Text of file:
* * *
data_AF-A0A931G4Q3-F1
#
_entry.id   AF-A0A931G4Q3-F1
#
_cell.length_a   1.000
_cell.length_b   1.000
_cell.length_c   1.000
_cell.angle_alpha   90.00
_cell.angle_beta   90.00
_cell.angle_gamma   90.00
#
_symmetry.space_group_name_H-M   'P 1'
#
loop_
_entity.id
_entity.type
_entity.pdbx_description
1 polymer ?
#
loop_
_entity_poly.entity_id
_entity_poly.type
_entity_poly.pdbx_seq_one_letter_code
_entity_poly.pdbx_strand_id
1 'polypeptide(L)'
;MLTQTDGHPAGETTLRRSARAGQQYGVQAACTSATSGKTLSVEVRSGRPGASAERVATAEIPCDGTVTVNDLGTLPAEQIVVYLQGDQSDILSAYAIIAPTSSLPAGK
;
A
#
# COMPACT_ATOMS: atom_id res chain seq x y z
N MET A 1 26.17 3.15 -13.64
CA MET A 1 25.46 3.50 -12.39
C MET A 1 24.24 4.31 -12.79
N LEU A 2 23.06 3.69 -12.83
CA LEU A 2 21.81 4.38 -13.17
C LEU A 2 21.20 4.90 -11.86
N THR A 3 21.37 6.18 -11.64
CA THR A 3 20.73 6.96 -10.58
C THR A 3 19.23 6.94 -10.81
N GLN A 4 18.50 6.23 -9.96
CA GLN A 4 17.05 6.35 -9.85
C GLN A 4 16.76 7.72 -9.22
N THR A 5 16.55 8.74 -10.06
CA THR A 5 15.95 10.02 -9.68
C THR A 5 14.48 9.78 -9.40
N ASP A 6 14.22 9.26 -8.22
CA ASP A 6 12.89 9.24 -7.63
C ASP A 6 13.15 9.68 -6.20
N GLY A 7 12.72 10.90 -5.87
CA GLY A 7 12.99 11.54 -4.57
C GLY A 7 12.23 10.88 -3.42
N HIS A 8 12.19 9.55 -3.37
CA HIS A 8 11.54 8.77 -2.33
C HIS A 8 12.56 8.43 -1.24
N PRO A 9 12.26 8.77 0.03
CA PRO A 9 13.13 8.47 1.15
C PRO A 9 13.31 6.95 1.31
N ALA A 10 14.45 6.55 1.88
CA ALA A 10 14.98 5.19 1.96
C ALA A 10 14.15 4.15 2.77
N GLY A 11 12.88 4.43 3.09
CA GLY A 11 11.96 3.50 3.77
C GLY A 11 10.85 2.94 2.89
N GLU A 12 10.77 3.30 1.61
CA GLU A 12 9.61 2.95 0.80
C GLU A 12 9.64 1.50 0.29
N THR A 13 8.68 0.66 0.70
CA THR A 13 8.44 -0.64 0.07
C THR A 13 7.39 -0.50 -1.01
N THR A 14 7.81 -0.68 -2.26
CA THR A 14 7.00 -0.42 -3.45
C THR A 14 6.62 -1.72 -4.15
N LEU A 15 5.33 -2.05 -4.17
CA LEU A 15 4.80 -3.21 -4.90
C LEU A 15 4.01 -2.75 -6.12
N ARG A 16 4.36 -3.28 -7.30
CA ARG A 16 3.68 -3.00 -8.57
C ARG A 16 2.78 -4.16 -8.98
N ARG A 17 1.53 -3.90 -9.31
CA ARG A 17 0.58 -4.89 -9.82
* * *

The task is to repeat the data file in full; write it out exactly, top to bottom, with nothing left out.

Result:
data_AF-A0A931G4Q3-F1
#
_entry.id   AF-A0A931G4Q3-F1
#
_cell.length_a   1.000
_cell.length_b   1.000
_cell.length_c   1.000
_cell.angle_alpha   90.00
_cell.angle_beta   90.00
_cell.angle_gamma   90.00
#
_symmetry.space_group_name_H-M   'P 1'
#
loop_
_entity.id
_entity.type
_entity.pdbx_description
1 polymer ?
#
loop_
_entity_poly.entity_id
_entity_poly.type
_entity_poly.pdbx_seq_one_letter_code
_entity_poly.pdbx_strand_id
1 'polypeptide(L)'
;MLTQTDGHPAGETTLRRSARAGQQYGVQAACTSATSGKTLSVEVRSGRPGASAERVATAEIPCDGTVTVNDLGTLPAEQIVVYLQGDQSDILSAYAIIAPTSSLPAGK
;
A
#
# COMPACT_ATOMS: atom_id res chain seq x y z
N MET A 1 26.17 3.15 -13.64
CA MET A 1 25.46 3.50 -12.39
C MET A 1 24.24 4.31 -12.79
N LEU A 2 23.06 3.69 -12.83
CA LEU A 2 21.81 4.38 -13.17
C LEU A 2 21.20 4.90 -11.86
N THR A 3 21.37 6.18 -11.64
CA THR A 3 20.73 6.96 -10.58
C THR A 3 19.23 6.94 -10.81
N GLN A 4 18.50 6.23 -9.96
CA GLN A 4 17.05 6.35 -9.85
C GLN A 4 16.76 7.72 -9.22
N THR A 5 16.55 8.74 -10.06
CA THR A 5 15.95 10.02 -9.68
C THR A 5 14.48 9.78 -9.40
N ASP A 6 14.22 9.26 -8.22
CA ASP A 6 12.89 9.24 -7.63
C ASP A 6 13.15 9.68 -6.20
N GLY A 7 12.72 10.90 -5.87
CA GLY A 7 12.99 11.54 -4.57
C GLY A 7 12.23 10.88 -3.42
N HIS A 8 12.19 9.55 -3.37
CA HIS A 8 11.54 8.77 -2.33
C HIS A 8 12.56 8.43 -1.24
N PRO A 9 12.26 8.77 0.03
CA PRO A 9 13.13 8.47 1.15
C PRO A 9 13.31 6.95 1.31
N ALA A 10 14.45 6.55 1.88
CA ALA A 10 14.98 5.19 1.96
C ALA A 10 14.15 4.15 2.77
N GLY A 11 12.88 4.43 3.09
CA GLY A 11 11.96 3.50 3.77
C GLY A 11 10.85 2.94 2.89
N GLU A 12 10.77 3.30 1.61
CA GLU A 12 9.61 2.95 0.80
C GLU A 12 9.64 1.50 0.29
N THR A 13 8.68 0.66 0.70
CA THR A 13 8.44 -0.64 0.07
C THR A 13 7.39 -0.50 -1.01
N THR A 14 7.81 -0.68 -2.26
CA THR A 14 7.00 -0.42 -3.45
C THR A 14 6.62 -1.72 -4.15
N LEU A 15 5.33 -2.05 -4.17
CA LEU A 15 4.80 -3.21 -4.90
C LEU A 15 4.01 -2.75 -6.12
N ARG A 16 4.36 -3.28 -7.30
CA ARG A 16 3.68 -3.00 -8.57
C ARG A 16 2.78 -4.16 -8.98
N ARG A 17 1.53 -3.90 -9.31
CA ARG A 17 0.58 -4.89 -9.82